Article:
The Wandering Years
On my recent trip to Germany, I caught a news story on TV that was of interest to me (although my understanding of spoken German is very limited) and perhaps to others with German heritage. The story was about a traveling craftsman and his wanderbuch. This gentleman was an apprentice bricklayer, and told of his adventures on his journey of 3 years and 1 day. He was in his “uniform” that apparently is centuries old and according to the rules he can only carry his sleeping bag, some tools, a few special clothes and travel around to master his craft. He is allowed to ask for free food (by asking in a special poem form) and by asking other master’s, like bakers or butchers. He also will ask for work and a place to stay. All these jobs must be recorded in his wanderbuch and stamped by the master he worked for.
So a little background on the Journeyman and Wanderbuch.
Since the late Middle Ages, craftsman experience a period of wandering after completion of their apprenticeship. They may only go wandering if they have passed the journeyman’s examination and are unmarried, childless and debt free. They are labeled as strangers or foreigners since they must leave their home and travel, never coming back within 30 miles of their hometown for 3 years and 1 day.
The rules are defined by the guild of their craft including the length of time they wander, what they may carry (a gnarled wooden stick, a black wide brimmed hat and a waistcoat and jacket and trousers that designate your trade. (different for carpenters, blacksmith, bricklayers etc.)
The wandering years served to get to know their craft and new techniques and generally to collect life experience. They would have to wander throughout their country and even into other countries to learn from other masters and to hone their skills before coming home to start a career.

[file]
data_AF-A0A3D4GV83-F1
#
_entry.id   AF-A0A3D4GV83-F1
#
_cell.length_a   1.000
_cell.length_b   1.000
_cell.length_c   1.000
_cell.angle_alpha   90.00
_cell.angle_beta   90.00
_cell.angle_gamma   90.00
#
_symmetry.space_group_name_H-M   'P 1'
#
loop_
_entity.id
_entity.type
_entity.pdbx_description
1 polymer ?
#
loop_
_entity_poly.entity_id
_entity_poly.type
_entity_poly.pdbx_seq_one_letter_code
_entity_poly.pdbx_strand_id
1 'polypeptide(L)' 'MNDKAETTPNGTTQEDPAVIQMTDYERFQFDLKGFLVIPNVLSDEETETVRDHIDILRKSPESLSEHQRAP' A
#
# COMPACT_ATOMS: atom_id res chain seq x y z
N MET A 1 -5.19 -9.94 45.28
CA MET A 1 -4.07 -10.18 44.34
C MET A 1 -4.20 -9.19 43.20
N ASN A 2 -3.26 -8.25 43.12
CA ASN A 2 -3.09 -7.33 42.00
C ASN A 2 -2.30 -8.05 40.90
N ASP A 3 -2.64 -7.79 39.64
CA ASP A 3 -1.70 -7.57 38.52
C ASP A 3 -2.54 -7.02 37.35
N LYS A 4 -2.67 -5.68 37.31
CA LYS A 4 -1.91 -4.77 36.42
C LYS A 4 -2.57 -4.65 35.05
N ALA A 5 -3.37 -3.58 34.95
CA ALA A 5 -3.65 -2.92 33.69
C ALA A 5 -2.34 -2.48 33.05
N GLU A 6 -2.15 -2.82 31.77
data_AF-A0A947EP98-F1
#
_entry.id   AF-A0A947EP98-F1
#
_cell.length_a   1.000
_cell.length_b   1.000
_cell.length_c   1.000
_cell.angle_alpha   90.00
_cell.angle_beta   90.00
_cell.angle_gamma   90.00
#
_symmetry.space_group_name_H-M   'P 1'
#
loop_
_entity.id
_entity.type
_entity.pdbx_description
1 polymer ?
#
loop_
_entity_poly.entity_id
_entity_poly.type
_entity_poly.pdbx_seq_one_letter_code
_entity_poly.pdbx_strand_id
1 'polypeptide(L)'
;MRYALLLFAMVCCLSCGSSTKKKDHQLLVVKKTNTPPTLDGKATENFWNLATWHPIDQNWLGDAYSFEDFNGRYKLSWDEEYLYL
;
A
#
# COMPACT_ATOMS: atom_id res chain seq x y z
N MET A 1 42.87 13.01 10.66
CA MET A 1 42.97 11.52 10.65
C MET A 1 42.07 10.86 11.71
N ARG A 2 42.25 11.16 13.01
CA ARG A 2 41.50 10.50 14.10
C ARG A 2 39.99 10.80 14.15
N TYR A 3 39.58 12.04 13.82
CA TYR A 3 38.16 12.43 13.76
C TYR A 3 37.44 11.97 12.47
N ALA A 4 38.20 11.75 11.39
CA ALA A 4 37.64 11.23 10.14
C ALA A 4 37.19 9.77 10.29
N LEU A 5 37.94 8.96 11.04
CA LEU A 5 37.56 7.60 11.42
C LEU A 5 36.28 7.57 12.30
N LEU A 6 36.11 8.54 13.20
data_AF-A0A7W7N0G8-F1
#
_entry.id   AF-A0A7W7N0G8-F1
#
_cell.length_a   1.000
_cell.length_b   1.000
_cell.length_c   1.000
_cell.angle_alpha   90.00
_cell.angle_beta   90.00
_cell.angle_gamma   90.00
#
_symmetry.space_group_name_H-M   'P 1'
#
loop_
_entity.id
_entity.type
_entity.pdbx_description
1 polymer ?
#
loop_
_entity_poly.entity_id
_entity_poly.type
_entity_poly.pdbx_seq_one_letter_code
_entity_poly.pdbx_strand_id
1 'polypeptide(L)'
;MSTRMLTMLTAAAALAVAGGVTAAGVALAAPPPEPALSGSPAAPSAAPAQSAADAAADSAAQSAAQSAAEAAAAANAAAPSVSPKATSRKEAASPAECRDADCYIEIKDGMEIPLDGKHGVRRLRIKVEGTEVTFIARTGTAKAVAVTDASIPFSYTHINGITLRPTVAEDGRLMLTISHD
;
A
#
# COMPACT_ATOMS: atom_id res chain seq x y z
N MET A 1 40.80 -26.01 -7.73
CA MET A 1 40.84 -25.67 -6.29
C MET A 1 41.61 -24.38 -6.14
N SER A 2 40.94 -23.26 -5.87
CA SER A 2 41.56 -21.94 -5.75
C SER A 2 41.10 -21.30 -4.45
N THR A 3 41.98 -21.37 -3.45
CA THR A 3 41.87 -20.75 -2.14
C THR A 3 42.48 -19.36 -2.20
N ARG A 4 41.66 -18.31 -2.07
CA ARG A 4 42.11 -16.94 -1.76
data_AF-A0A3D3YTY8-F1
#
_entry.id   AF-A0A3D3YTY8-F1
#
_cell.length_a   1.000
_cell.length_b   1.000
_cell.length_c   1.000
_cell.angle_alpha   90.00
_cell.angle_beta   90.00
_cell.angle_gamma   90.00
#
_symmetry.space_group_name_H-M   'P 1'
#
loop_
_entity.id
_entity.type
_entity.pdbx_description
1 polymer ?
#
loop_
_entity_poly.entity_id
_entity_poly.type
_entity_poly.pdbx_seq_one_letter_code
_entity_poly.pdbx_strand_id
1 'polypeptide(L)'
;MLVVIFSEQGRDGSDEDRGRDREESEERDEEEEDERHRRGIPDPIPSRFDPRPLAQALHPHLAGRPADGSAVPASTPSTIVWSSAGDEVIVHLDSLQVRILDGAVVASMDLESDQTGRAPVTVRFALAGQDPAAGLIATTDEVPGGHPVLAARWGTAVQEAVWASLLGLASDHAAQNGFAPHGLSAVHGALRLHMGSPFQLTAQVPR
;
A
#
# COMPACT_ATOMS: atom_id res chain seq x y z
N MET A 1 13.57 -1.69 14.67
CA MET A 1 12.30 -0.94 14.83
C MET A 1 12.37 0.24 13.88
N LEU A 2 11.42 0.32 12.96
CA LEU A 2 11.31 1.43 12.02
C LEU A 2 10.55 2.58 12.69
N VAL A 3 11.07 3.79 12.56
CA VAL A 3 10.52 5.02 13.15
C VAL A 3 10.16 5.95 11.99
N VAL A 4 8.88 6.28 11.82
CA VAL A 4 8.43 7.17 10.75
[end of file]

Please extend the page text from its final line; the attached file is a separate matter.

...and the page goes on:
Throughout this journey they would carry their “Wanderbuch”.
The book made it possible for the person in search of work to move from city to town. However, he had to meet certain requirements for it. At each place where the workers are staying longer than two days, he was obliged to report to the authorities and show his Wanderbuch for inspection. The book was then given a short entry and a stamp of authority. A stay
over two days was also banned him unless he could not find work locally. The Wanderbuch also expressly forbid under threat of “prison-punishment” begging and “aimless wanderings.” Also, any change to the book by the owner, such erasures or strikeouts, was found to be a forgery which also was punishable.
To enable the authorities a clear identification of the holder, Wanderbuch includes detailed information about his appearance. Passport photos did not yet exist, so stature and facial features are therefore given exactly.
Example: Johann Gottfried Dannenberg is “5 foot 7.5 inch” tall, of medium build and has gray eyes. Hair, beard and eyebrows are blonde. His face is oval, round the forehead, the nose “strong,” the mouth “mediocre”. A special feature is noted that he had “the right index finger a scar.”
Despite adverse circumstances, travelers have above all, the freedom. The wander years are also an opportunity to think about life and pursue philosophical questions. In journeyman evenings, however serene atmosphere comes down to what is partly due to the whim of drinking companions. After all the impressions and experiences many find it difficult to return to everyday life. As one Journeymen said: “It’s hard to leave from home, but infinitely more difficult to come back.”